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24 September 2014

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You are in: Cornwall > History > Local History > Celebrating China Clay

China Clay Mountain

Celebrating China Clay

The last weekend in June sees a whole three days dedicated to Cornwall's Clay Country, celebrating the history, literature and culture of the villages around St Austell. Find out what's happening...

The Rescorla Festival, supported by the Heritage Lottery Fund, is an opportunity to celebrate and learn about the glory days of Cornwall's Clay Country, an enchanted but sometimes overlooked part of the county.

Old China Clay couple

China Clay archive picture

There will be three days of music, literature, dance, food and drink, walks and talks and lots more.

Rescorla is at the heart of the Clay Country, Cornwall's china clay mining district. At the centre of the village is its primitive Methodist Chapel; once the focus of village life, it gradually fell into disuse.

The chapel now stands at the threshold of an exciting and ambitious project that aims to bring it once again to the fore of village life and also wider significance as a Centre for Cornish culture. It is also the main venue for the festival.

"The strange, almost fantastic beauty of the landscape, where spoil-heaps of waste matter shaped like pyramids point to the sky..."

Daphne du Maurier

Festival Highlights

Throughout the festival there will be guided walks taking you through the history of Clay Country. Each walk begins at Rescorla chapel:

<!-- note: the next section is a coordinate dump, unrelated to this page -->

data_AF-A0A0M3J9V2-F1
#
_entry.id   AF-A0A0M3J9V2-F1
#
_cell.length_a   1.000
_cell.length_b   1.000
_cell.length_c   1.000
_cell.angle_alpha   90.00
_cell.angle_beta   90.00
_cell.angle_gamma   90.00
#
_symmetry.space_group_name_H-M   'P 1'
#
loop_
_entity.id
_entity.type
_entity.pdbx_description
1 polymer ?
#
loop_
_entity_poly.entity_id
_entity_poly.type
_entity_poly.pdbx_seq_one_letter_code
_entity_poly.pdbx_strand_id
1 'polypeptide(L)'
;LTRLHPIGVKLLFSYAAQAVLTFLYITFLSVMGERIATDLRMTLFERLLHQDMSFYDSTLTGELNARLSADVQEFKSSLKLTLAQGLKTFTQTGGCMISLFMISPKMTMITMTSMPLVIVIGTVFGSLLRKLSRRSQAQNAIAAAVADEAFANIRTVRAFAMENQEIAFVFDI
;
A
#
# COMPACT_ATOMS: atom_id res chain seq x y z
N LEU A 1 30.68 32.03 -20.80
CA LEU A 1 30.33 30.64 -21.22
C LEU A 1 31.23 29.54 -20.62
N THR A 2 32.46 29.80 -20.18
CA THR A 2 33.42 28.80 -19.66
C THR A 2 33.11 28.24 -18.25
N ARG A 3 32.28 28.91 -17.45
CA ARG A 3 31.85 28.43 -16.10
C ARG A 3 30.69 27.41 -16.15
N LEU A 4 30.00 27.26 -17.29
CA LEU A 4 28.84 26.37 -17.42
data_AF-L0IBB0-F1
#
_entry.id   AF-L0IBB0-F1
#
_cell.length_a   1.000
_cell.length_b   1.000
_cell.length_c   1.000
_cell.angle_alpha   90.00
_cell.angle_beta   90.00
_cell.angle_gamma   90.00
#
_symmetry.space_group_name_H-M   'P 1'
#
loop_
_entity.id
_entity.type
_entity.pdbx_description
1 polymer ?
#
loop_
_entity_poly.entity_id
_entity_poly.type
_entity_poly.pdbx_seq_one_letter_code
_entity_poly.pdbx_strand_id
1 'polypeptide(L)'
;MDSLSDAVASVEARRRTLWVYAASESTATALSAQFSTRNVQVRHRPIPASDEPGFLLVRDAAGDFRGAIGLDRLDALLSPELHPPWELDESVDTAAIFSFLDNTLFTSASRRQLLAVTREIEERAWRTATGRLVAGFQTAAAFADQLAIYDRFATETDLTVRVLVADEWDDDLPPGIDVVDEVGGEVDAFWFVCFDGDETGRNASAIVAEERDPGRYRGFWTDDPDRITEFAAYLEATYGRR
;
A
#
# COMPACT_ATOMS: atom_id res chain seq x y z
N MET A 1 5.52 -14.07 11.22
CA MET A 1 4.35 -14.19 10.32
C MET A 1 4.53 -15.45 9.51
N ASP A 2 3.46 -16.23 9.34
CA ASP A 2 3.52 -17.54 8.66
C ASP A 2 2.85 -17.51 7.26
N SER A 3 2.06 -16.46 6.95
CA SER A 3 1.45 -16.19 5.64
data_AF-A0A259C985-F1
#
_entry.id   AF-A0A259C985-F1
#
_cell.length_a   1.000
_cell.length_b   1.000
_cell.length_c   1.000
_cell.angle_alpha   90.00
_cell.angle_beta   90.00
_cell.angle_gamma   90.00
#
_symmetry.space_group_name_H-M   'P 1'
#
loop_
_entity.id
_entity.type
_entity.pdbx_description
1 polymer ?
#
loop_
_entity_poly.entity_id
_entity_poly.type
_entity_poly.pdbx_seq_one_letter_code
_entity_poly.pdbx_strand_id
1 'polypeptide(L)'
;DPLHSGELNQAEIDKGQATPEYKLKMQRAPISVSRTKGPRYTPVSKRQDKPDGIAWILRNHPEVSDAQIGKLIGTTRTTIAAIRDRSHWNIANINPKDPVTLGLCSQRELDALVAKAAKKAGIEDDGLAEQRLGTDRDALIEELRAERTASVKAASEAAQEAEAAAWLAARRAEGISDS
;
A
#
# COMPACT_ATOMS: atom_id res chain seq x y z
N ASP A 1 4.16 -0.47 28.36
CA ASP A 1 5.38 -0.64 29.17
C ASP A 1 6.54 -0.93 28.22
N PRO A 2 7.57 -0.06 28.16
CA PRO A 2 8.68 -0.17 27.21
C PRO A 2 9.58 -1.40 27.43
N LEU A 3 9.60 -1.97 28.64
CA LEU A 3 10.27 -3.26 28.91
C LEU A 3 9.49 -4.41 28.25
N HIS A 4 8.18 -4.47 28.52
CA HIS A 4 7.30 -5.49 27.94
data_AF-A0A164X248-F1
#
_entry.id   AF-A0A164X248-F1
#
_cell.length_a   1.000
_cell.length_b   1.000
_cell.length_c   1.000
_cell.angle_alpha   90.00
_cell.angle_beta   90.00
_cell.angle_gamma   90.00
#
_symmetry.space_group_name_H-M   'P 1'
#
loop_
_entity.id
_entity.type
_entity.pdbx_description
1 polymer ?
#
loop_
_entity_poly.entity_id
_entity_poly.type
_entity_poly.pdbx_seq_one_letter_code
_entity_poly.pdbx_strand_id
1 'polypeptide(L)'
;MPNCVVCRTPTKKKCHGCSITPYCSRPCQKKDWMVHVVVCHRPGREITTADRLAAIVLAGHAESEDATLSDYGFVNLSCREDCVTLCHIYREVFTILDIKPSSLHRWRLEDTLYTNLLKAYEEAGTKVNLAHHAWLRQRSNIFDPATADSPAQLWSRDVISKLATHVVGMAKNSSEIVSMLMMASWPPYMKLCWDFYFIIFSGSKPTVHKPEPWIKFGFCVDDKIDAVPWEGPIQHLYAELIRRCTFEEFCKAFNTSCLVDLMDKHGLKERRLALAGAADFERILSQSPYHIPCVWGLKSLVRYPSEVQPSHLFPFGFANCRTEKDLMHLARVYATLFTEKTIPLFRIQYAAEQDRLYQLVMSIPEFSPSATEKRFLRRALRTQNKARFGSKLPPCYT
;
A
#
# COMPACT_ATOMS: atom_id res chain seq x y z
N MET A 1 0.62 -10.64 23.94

Friday at 3.30pm
Saturday at 4.30pm
Sunday at 1pm

Throughout the weekend there will be a wide range of traditional and not so traditional Cornish music. For a full list of events, click on the weblink at the bottom of this page. Other highlights include:

Saturday 28 June 2008

Voices of the Clay Country is an exploration of a huge range of texts, including novels, poetry and ghost stories, covering the area. This happens from 11-4pm at Rescorla Chapel near Penwithick, St Austell.

Map

A map of Rescorla, the festival centre

The Tin Violin is a new play by Alan Kent chronicling the life of Joseph Emidy, a west African slave who landed in Cornwall and became a musical genius. This will be staged at 5pm

Sunday 29 June 2008

Rescorla shares with other Clay Country villages the strangely named tradition of a dance called the snail creep. It involves a long procession following a band lead by two people holding up branches, who form a large circle, spiralling into the middle and back again. Find out more when the dance is staged on Sunday at 5pm at Rescorla's Chapel Field.

last updated: 03/06/2008 at 14:34
created: 03/06/2008

You are in: Cornwall > History > Local History > Celebrating China Clay

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